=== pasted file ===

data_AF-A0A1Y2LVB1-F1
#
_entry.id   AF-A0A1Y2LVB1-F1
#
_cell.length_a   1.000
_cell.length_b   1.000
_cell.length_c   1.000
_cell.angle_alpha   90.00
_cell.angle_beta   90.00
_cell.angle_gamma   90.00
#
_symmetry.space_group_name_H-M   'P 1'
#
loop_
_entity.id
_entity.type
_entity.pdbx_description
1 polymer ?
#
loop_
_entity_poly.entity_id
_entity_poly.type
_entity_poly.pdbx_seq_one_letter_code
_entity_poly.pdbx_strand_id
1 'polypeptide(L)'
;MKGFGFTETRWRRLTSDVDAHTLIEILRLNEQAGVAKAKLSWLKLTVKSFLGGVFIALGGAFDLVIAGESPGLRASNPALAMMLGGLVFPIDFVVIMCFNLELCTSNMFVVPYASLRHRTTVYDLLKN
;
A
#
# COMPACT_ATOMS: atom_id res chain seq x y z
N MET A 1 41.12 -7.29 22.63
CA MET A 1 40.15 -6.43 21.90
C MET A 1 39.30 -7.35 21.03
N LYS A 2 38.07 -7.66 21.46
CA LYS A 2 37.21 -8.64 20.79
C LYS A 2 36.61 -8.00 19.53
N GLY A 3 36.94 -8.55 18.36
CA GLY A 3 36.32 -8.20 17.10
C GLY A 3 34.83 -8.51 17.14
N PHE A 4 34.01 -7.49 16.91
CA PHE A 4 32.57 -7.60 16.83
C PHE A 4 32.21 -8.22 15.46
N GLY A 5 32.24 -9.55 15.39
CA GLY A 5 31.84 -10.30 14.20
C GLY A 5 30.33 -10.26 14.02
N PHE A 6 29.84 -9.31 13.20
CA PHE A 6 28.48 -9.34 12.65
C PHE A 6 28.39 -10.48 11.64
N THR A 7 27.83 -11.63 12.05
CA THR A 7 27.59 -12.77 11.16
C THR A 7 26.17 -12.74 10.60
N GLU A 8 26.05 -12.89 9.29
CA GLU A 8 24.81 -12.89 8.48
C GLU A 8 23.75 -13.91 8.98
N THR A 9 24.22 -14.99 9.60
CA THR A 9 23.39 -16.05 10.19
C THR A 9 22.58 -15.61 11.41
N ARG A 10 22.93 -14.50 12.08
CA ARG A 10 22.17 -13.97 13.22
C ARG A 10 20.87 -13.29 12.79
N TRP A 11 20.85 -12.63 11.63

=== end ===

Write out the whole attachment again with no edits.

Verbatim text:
data_AF-A0A1Y2LVB1-F1
#
_entry.id   AF-A0A1Y2LVB1-F1
#
_cell.length_a   1.000
_cell.length_b   1.000
_cell.length_c   1.000
_cell.angle_alpha   90.00
_cell.angle_beta   90.00
_cell.angle_gamma   90.00
#
_symmetry.space_group_name_H-M   'P 1'
#
loop_
_entity.id
_entity.type
_entity.pdbx_description
1 polymer ?
#
loop_
_entity_poly.entity_id
_entity_poly.type
_entity_poly.pdbx_seq_one_letter_code
_entity_poly.pdbx_strand_id
1 'polypeptide(L)'
;MKGFGFTETRWRRLTSDVDAHTLIEILRLNEQAGVAKAKLSWLKLTVKSFLGGVFIALGGAFDLVIAGESPGLRASNPALAMMLGGLVFPIDFVVIMCFNLELCTSNMFVVPYASLRHRTTVYDLLKN
;
A
#
# COMPACT_ATOMS: atom_id res chain seq x y z
N MET A 1 41.12 -7.29 22.63
CA MET A 1 40.15 -6.43 21.90
C MET A 1 39.30 -7.35 21.03
N LYS A 2 38.07 -7.66 21.46
CA LYS A 2 37.21 -8.64 20.79
C LYS A 2 36.61 -8.00 19.53
N GLY A 3 36.94 -8.55 18.36
CA GLY A 3 36.32 -8.20 17.10
C GLY A 3 34.83 -8.51 17.14
N PHE A 4 34.01 -7.49 16.91
CA PHE A 4 32.57 -7.60 16.83
C PHE A 4 32.21 -8.22 15.46
N GLY A 5 32.24 -9.55 15.39
CA GLY A 5 31.84 -10.30 14.20
C GLY A 5 30.33 -10.26 14.02
N PHE A 6 29.84 -9.31 13.20
CA PHE A 6 28.48 -9.34 12.65
C PHE A 6 28.39 -10.48 11.64
N THR A 7 27.83 -11.63 12.05
CA THR A 7 27.59 -12.77 11.16
C THR A 7 26.17 -12.74 10.60
N GLU A 8 26.05 -12.89 9.29
CA GLU A 8 24.81 -12.89 8.48
C GLU A 8 23.75 -13.91 8.98
N THR A 9 24.22 -14.99 9.60
CA THR A 9 23.39 -16.05 10.19
C THR A 9 22.58 -15.61 11.41
N ARG A 10 22.93 -14.50 12.08
CA ARG A 10 22.17 -13.97 13.22
C ARG A 10 20.87 -13.29 12.79
N TRP A 11 20.85 -12.63 11.63